Just one food bank in Memphis served more than 18,000 people between March and August, 10 times as many as over the same period last year.

“Folks who had really good jobs and were able to pay their bills and never knew how to find us,” said Ephie Johnson, the president and chief executive of Neighborhood Christian Centers. “A lot of people had finally landed that job, were helping their family, and able to do a little better, and then this takes you out.” In her 30 years of charitable work in Memphis, she said, “I have not seen it quite like this.”

In one week in late July nearly 30 million Americans reported they did not have enough to eat, according to a government survey. Among households with children, one in three reported insufficient food, the highest level in the nearly two decades the government has tracked hunger in America, said Lauren Bauer, who studies food insecurity at the Brookings Institution.

“What’s happening with children right now is unprecedented in modern times,” Ms. Bauer said.

As painful as the summer was, as difficult as it became for so many families to afford decent food, the situation could get worse, especially with unemployment benefits drying up for many people and Washington unable to agree on a new stimulus package. Then there is the virus itself: It could surge back in the fall and shutter businesses again, putting more people out of work and into the food lines.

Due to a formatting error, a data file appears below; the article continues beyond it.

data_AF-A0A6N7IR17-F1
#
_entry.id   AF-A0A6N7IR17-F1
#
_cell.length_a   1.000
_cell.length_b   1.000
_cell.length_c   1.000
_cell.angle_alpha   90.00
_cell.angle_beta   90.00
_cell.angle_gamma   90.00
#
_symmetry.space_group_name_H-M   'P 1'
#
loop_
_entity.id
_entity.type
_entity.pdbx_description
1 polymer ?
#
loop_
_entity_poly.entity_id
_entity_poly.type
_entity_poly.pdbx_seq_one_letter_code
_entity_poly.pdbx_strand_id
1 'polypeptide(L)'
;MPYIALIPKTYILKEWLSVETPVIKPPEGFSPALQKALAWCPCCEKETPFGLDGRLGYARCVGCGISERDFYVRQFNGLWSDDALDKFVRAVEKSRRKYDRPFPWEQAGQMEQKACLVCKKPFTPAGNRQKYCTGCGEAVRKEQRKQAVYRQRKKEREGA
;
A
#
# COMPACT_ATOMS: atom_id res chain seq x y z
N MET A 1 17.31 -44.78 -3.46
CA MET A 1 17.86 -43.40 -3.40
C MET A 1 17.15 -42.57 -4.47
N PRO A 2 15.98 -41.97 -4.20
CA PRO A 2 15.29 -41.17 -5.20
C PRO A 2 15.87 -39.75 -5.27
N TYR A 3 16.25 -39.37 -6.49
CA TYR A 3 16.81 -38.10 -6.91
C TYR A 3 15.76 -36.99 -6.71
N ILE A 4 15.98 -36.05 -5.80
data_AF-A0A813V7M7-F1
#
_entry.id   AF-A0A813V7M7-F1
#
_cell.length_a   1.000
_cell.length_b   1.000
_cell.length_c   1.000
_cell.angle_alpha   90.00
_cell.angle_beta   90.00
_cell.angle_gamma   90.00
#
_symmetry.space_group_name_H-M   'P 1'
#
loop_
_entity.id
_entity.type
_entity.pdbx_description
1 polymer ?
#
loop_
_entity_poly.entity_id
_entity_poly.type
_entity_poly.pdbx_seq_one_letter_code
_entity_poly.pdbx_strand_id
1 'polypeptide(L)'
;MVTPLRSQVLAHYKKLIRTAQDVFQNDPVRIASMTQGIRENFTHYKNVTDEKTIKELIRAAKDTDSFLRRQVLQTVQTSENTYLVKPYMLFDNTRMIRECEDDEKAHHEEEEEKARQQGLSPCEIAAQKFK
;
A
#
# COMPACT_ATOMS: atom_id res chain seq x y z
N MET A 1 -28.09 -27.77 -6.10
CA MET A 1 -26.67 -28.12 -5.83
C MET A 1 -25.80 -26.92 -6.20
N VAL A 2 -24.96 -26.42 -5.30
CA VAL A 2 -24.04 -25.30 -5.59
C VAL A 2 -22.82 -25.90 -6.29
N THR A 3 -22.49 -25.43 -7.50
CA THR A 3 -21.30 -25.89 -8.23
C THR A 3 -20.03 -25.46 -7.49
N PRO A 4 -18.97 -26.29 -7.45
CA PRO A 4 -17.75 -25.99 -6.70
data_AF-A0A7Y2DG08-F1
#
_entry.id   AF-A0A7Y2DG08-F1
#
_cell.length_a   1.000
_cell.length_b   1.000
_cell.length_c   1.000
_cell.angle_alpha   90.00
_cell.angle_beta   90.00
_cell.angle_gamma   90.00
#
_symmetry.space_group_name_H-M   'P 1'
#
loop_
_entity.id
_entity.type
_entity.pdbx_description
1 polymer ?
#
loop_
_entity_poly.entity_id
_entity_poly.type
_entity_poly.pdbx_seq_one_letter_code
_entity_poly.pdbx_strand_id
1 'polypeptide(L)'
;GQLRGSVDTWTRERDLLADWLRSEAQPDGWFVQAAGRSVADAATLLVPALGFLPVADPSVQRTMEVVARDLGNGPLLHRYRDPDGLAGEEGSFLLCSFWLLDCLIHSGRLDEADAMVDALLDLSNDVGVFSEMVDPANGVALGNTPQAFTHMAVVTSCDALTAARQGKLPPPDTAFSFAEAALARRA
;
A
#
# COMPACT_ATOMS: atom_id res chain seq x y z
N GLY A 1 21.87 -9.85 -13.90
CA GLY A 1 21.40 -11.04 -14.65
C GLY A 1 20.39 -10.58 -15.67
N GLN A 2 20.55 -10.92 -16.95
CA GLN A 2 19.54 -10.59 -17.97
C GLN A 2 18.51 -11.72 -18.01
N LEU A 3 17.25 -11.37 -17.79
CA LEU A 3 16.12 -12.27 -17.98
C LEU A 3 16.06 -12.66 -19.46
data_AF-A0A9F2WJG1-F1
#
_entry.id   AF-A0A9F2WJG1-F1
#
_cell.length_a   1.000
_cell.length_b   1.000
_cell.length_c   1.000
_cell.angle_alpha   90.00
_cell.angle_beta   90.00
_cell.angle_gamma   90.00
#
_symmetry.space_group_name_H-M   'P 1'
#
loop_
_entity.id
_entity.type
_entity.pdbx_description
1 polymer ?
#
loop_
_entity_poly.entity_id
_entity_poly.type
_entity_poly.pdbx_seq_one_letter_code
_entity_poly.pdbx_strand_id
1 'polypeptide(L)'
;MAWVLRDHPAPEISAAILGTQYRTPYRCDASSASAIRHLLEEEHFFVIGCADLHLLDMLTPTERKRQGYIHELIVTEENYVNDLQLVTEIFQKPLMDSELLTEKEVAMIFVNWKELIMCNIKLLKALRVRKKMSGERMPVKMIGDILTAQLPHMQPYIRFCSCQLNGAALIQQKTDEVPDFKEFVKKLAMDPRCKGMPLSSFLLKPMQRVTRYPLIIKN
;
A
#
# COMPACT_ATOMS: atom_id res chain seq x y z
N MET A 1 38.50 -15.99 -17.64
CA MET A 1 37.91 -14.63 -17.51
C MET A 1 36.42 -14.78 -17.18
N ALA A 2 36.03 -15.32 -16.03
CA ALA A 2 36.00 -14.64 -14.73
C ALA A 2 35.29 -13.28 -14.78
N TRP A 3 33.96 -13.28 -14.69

Feeding America, which oversees the country’s largest network of food banks and pantries, has projected that up to 54 million Americans could be food insecure before the end of the year, a 46 percent increase since the pandemic began. The group has reported a 60 percent increase in the number of people it serves, and said that four in 10 people are first-time recipients of food aid.

During the pandemic, Feeding America’s volunteers have surveyed recipients, sending dispatches back to headquarters that read like raw intelligence reports from a nation in need.

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